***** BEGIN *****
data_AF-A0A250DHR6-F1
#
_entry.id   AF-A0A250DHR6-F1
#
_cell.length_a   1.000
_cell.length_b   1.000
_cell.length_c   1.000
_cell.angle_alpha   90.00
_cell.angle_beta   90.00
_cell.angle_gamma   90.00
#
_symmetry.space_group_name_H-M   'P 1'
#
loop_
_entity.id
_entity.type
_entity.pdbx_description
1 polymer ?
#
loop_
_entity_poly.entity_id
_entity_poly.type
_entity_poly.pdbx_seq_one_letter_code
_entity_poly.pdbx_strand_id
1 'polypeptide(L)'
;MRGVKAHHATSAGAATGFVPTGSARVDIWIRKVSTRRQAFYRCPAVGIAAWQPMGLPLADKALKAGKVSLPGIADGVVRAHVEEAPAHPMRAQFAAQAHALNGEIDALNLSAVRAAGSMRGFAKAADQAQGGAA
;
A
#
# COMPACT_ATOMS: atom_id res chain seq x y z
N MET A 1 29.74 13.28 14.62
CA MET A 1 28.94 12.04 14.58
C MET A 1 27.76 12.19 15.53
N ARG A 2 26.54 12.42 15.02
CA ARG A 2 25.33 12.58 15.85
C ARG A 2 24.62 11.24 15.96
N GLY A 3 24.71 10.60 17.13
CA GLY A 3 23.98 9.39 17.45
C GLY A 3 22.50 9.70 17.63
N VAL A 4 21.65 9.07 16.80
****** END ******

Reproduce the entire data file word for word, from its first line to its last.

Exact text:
data_AF-A0A250DHR6-F1
#
_entry.id   AF-A0A250DHR6-F1
#
_cell.length_a   1.000
_cell.length_b   1.000
_cell.length_c   1.000
_cell.angle_alpha   90.00
_cell.angle_beta   90.00
_cell.angle_gamma   90.00
#
_symmetry.space_group_name_H-M   'P 1'
#
loop_
_entity.id
_entity.type
_entity.pdbx_description
1 polymer ?
#
loop_
_entity_poly.entity_id
_entity_poly.type
_entity_poly.pdbx_seq_one_letter_code
_entity_poly.pdbx_strand_id
1 'polypeptide(L)'
;MRGVKAHHATSAGAATGFVPTGSARVDIWIRKVSTRRQAFYRCPAVGIAAWQPMGLPLADKALKAGKVSLPGIADGVVRAHVEEAPAHPMRAQFAAQAHALNGEIDALNLSAVRAAGSMRGFAKAADQAQGGAA
;
A
#
# COMPACT_ATOMS: atom_id res chain seq x y z
N MET A 1 29.74 13.28 14.62
CA MET A 1 28.94 12.04 14.58
C MET A 1 27.76 12.19 15.53
N ARG A 2 26.54 12.42 15.02
CA ARG A 2 25.33 12.58 15.85
C ARG A 2 24.62 11.24 15.96
N GLY A 3 24.71 10.60 17.13
CA GLY A 3 23.98 9.39 17.45
C GLY A 3 22.50 9.70 17.63
N VAL A 4 21.65 9.07 16.80